What is Youth Empowerment and Strength?
Gangs in Pasadena were perceived much differently in the 1970's than they are currently as harbingers of violence and drug abuse. Originating as groups of young African-American men who wanted to act as role models for others, these gangs' primary concern was with clothing and style—they wished to sport the most expensive, trending clothing at the time as a demonstration of their prestige and elite status. But this all changed with the crack cocaine wave that swept America in the 1980s. As a means of acquiring more money to purchase more expensive clothes, gangs in Pasadena began to sell crack cocaine to their communities, causing escalations in turf battles. The addition of cocaine to the equation thus led to the current situation of gang violence in Pasadena and the fragmenting of families due to youth being drawn away from positive role models toward "anti-role models" like gang members.
YES (Youth Empowerment and Strength) is a youth group comprised of individuals from various areas around Pasadena and La Cañada Flintridge dedicated to promoting positive role models for families in California and communities beyond.
We believe that the answer to preventing gang violence and ensuring that our youth can thrive safely in their homes is twofold: combating ignorance with a greater understanding of the context and history surrounding gangs, and ensuring that youth seek inspiration and leadership from positive role models, not anti-role models. To do so, we are organizing 50 youth in five high schools around LA (John Muir, La Canada, Blaire, La Salle, and Pasadena) to prevent gang violence by pressuring local and state representatives to invest funding into proven accountability and treatment services for justice system-involved youth by August 2018 and challenging the judicial system’s policies regarding incarceration of juvenile youth. We will do this by recruiting, identifying, and training fellow youth organizers, holding 1:1 meetings with organizers in the same field of work, leveraging relationships with influential community leaders, and hosting training events preparing members of our constituency to present our purpose and work to local and state representatives.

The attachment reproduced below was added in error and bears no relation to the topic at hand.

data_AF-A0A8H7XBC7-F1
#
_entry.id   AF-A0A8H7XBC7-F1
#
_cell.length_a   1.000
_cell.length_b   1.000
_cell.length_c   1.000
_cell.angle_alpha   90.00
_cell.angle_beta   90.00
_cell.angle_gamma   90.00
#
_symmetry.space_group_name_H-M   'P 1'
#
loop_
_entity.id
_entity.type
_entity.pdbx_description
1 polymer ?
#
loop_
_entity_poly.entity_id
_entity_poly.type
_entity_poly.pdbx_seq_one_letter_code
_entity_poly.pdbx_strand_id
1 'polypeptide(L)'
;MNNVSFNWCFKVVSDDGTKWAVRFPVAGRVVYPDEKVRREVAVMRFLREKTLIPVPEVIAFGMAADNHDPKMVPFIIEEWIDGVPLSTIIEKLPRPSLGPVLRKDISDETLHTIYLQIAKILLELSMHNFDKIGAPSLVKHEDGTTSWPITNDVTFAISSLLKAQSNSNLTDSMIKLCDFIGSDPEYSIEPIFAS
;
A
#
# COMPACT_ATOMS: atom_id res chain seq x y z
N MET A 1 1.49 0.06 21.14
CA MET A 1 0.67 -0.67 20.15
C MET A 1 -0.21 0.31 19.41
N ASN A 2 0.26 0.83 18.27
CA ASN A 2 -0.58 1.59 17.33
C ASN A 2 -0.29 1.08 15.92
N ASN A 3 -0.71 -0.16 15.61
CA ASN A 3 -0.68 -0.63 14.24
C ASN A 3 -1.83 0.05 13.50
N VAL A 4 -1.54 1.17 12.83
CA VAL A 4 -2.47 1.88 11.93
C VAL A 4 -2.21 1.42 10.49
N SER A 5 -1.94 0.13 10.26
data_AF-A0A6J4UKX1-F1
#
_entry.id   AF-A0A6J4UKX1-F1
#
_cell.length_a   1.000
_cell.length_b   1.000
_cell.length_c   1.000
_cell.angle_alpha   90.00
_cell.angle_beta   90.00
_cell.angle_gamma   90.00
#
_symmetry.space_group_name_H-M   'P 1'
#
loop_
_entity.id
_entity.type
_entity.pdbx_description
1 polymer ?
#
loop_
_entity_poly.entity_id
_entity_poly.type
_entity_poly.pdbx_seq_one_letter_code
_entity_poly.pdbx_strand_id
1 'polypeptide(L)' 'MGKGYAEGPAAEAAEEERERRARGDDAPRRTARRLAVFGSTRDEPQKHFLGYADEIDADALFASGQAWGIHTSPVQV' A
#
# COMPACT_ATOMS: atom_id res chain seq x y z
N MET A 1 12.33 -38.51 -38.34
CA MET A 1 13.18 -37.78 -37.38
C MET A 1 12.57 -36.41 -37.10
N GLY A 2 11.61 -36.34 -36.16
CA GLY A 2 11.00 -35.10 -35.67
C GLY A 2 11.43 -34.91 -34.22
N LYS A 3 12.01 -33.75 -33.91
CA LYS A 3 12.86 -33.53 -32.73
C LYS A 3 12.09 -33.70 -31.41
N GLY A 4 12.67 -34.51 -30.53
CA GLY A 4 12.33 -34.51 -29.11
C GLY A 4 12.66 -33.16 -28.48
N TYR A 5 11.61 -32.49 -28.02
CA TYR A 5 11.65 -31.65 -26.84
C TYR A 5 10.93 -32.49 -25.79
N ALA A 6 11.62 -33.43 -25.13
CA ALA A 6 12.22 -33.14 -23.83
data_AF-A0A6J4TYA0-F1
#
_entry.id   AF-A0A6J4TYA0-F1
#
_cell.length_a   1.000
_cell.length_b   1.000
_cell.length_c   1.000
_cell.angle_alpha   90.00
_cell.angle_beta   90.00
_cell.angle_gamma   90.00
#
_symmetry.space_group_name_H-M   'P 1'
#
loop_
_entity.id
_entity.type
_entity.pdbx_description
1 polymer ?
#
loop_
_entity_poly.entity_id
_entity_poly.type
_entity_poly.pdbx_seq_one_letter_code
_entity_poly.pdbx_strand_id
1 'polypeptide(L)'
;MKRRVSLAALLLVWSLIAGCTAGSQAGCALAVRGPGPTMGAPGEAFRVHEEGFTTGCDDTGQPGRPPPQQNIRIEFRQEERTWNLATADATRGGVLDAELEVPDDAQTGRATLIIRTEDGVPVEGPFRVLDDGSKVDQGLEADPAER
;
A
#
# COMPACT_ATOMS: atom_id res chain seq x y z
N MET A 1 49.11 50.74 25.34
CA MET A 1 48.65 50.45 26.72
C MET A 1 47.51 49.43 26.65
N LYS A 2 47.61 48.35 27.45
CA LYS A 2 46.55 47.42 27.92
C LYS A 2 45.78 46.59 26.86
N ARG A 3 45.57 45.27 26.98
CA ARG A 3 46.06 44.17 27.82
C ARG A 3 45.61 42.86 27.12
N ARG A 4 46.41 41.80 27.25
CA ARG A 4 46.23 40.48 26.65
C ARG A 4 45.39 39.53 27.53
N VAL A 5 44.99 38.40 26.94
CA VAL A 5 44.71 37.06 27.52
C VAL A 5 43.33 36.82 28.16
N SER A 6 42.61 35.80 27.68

For us, positive role models are passionate for change, community, social development—for people in general. YES believes there is a clear distinction between genuinely positive role models and what we term "anti-role models," those who fracture the healthy dynamic within families and the community. With examples seen in figures like El Chapo, Al Capone, and Pablo Escobar, these "anti-role models" create excitement around themselves because they have a certain mystique that makes them dangerous, and as a result, enticing. The problem with anti-role models, however, is that they foster an unhealthy conception of the purpose of youth and ultimately turn youth away from genuine social progress toward a path marked by violence, substance abuse, and ultimately self-destruction. More and more in Pasadena today, we see violence due to gangs, and we believe that the best way to break the oppressive cycle of gang violence is by introducing positive role models into the lives of youth and encouraging them to turn to these healthy role models over anti-role models.
When confronted with the choice of heading off to school or going with their gang to participate in a turf dispute, what will today's youth choose? Join YES today in our effort to help youth make the right choice.